The short answer to
that is that nothing was placed before me to the effect that the
records that were kept were complete in the sense that every visit
 When I consider the
evidence and evidential material, the merits and demerits of the
witnesses, the probabilities and circumstances surrounding the case I
find that the defendant did visit the plaintiff on the morning of 12
 To return to
summarizing the facts, the plaintiffs’ condition deteriorated
to the extent that the defendant decided on 13 September 2007 to
perform surgery on the plaintiff once more to insert a drain.
 During the course of
that procedure the defendant noticed that the intra-abdominal fluid
of the plaintiff was in fact intestinal fluid which indicated a
perforation of the bowel.
 A laporatomy was
performed and a leak from a small perforation of the bowel in
proximity to the previous one which have been sutured on 11 September
2007 was found. The perforation was sutured and appropriate measures
were taken to combat the complications this caused.
 It is however not in
dispute that the medical complications caused by the rupture of the
bowel had far reaching consequences for the plaintiff who had to
suffer further surgery and an extended stay in hospital together with
the pain and discomfort that goes with it.
 In the result and on
10 September 2010 the plaintiff issued summons against the defendant.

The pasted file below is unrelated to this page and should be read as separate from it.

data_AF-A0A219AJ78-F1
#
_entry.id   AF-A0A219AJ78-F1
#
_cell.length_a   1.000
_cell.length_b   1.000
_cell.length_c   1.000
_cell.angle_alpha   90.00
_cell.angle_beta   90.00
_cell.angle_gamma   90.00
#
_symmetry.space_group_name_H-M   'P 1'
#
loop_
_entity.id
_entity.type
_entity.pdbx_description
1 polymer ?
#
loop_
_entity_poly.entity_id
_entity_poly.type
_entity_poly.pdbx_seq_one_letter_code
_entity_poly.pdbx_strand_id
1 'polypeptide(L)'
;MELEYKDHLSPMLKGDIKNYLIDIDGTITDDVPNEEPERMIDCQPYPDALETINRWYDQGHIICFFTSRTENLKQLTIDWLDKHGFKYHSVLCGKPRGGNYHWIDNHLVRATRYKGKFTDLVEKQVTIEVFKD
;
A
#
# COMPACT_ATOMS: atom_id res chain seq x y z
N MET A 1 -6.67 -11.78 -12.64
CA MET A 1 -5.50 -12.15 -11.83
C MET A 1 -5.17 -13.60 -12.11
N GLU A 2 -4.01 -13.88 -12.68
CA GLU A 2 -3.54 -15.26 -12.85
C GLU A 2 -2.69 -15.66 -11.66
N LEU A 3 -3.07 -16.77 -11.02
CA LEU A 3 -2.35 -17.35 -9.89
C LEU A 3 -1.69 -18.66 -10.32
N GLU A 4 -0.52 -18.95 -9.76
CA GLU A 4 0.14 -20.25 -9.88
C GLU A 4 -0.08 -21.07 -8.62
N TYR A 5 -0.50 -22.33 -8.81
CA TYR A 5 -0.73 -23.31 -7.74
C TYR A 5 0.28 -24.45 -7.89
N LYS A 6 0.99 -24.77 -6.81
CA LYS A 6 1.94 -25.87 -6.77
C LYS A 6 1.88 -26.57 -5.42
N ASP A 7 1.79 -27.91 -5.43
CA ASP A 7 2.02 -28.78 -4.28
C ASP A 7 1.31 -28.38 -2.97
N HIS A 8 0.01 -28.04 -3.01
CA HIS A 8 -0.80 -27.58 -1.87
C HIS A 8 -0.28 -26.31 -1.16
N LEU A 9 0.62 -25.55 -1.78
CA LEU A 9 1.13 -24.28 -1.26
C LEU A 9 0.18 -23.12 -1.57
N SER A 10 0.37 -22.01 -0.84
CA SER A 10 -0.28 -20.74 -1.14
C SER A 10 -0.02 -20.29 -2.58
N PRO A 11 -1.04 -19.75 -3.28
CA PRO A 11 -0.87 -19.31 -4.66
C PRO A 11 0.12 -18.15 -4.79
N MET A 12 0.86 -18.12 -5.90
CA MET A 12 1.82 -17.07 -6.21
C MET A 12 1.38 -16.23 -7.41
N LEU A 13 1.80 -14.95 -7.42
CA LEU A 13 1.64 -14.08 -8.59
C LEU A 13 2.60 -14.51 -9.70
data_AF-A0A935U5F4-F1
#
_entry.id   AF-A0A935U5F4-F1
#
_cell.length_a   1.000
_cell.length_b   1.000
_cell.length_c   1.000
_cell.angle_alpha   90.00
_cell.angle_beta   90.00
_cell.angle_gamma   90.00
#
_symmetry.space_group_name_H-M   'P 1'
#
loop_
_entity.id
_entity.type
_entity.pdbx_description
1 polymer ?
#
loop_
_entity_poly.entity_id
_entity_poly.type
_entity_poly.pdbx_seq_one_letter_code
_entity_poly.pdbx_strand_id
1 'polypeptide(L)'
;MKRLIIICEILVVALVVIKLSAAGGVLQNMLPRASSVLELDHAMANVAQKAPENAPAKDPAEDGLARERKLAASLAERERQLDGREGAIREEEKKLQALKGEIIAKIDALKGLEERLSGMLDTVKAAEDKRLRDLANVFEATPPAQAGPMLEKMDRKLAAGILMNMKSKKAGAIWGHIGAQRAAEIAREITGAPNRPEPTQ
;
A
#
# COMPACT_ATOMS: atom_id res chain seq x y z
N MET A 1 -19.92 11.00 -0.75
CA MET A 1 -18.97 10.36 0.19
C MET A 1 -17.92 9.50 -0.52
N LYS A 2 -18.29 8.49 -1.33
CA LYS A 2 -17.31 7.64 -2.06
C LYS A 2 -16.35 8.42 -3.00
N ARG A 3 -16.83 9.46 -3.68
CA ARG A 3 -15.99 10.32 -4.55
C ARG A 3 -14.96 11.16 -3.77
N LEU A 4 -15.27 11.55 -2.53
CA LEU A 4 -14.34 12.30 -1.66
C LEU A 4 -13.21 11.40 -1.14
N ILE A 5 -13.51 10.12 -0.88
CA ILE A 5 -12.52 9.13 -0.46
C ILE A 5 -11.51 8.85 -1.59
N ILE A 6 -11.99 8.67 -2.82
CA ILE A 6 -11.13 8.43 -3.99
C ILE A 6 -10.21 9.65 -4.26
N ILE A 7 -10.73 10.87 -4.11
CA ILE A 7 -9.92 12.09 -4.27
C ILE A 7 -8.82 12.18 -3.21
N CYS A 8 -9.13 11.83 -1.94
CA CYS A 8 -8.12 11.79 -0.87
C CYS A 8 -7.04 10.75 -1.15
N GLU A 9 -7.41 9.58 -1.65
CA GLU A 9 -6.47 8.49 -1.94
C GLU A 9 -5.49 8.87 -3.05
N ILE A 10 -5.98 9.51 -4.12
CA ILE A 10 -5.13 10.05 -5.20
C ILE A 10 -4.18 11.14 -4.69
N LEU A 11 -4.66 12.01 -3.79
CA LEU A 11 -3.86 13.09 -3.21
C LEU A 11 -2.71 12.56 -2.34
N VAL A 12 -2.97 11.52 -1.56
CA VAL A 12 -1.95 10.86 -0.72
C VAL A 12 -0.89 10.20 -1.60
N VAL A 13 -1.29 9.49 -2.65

The action is one in delict. In his particulars of claim the
plaintiff alleged several grounds upon which it says the defendant
 At the conclusion of
hearing I was informed by Mr. Ipumbu that only two of these were
persisted with. These were firstly that the defendant was negligent
in that he perforated the plaintiffs’ bowels and secondly that
the defendant had neglected to rectify the post-operative
complications developed by the plaintiff.
 The plaintiff claims
damage from the defendant in the sum of N$400.000.00.
 I may add that
further claims relating to a subsequent removal of the plaintiff’s
gall bladder and a claim for loss of income was not persisted with.
 The onus to
establish negligence rests on the plaintiff.
 On that issue I,
apart from the testimony of the plaintiff and the defendant, heard
the evidence of Professor Thomson and Professor Warren. They clearly
are qualified and quite capable of expressing credible opinions on
I had the benefit of a joint report prepared by them. In the end both
were unanimous in their opinions. As far as the rupture complained of
is concerned, they
state that either the rupture occurred during the surgery performed
on 11 September 2007 and was not detected which is a recognized
complication. Otherwise the bowel tissue became damaged and weakened
during the course of the surgery and ruptured post-operatively once
the bowel had built up pressure. Nothing in any event points to
negligence in their opinion.
As far as the post-operative care is concerned they agreed that it
would have been negligent not to have seen the plaintiff on the
morning of the 12th September 2007.
 They further agreed
that had such a visit taken place, the steps taken then were based on
clinical judgment which was reasonable.
 Taking into account
the totality of their evidence and their collective wisdom which
guide me, I have come to the conclusion that their respective views
are sound and can not in any respect be faulted.
 It follows that the
plaintiff did not prove any of the grounds for negligence relied
 The claim is
dismissed with costs which include the costs of one instructing and
one instructed counsel.
P J MILLER
PLAINTIFF : T IPUMBU
Of Titus Ipumbu Legal
DEFENDANTS: C VAN DER
Of Engling, Stritter &